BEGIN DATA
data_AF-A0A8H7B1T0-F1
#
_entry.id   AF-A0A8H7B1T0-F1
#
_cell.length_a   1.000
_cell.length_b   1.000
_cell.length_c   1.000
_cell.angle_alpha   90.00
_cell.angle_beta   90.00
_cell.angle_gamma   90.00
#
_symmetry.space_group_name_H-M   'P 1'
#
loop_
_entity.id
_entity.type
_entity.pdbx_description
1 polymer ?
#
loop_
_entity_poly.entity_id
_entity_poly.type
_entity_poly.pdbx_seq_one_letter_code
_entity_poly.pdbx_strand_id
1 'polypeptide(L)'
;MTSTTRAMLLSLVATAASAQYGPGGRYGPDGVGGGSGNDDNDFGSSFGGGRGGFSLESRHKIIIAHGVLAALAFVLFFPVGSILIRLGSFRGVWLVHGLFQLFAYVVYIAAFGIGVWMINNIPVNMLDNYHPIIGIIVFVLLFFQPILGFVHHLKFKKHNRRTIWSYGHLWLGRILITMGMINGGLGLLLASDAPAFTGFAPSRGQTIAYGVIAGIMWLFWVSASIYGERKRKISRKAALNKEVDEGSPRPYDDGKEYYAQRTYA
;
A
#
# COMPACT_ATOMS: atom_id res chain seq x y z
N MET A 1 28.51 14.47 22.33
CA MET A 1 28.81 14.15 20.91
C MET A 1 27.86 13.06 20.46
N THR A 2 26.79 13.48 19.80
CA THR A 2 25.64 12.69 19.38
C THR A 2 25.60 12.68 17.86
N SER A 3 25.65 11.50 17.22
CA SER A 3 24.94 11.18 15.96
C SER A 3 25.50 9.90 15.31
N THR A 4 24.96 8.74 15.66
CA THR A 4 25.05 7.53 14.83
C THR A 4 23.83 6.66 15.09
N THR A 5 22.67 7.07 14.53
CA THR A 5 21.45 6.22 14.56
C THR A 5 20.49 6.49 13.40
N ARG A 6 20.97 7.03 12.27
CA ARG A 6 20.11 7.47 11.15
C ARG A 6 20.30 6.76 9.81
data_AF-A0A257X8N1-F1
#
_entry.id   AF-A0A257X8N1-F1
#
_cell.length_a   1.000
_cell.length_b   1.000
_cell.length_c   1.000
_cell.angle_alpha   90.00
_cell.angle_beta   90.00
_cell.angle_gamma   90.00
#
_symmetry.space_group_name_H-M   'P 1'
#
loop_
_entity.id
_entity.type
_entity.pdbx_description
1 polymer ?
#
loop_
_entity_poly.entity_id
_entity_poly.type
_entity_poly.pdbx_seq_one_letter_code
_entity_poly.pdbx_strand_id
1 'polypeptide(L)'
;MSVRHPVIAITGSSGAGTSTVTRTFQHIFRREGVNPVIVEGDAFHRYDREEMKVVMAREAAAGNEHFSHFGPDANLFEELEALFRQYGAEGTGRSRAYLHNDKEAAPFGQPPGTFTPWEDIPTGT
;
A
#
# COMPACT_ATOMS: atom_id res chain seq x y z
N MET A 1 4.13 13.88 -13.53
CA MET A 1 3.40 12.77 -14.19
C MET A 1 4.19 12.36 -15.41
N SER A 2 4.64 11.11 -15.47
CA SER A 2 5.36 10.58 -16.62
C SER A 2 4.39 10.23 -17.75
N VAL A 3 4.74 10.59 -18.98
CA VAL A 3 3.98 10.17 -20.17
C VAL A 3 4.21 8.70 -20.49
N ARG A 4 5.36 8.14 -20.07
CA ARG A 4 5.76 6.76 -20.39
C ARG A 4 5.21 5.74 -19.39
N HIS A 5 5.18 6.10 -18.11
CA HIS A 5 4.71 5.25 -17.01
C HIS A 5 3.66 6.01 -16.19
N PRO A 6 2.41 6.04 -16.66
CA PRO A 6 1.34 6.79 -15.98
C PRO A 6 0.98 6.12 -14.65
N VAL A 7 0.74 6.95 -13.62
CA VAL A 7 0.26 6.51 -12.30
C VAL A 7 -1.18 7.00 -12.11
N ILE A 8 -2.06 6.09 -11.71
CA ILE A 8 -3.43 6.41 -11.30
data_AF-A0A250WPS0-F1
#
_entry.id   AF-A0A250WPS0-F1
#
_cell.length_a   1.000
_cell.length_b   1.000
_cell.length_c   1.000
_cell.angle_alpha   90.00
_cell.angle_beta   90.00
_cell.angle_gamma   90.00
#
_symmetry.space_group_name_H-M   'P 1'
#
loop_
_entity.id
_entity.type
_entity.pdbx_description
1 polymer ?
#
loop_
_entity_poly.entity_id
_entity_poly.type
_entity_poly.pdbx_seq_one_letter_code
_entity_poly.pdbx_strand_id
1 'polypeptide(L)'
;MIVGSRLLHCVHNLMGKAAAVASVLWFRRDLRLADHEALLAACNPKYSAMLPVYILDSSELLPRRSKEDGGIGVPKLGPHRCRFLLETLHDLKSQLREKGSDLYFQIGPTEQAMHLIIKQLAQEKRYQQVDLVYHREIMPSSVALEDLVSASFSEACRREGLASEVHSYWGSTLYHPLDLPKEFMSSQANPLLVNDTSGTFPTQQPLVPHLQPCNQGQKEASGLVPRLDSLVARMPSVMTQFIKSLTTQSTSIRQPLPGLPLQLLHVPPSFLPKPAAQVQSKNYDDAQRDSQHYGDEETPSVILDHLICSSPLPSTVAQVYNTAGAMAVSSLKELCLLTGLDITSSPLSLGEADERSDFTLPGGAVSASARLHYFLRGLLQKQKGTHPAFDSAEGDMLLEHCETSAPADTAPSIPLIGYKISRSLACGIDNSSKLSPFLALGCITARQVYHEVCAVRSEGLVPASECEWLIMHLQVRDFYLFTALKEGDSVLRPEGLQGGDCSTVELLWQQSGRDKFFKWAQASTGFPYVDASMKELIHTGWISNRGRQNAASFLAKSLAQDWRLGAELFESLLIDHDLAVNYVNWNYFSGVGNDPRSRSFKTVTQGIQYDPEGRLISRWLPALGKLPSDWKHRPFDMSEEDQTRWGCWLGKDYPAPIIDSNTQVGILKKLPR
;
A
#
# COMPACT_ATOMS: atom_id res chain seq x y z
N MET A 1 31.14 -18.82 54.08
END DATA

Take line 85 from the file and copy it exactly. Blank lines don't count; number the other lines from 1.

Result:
N VAL A 3 4.74 10.59 -18.98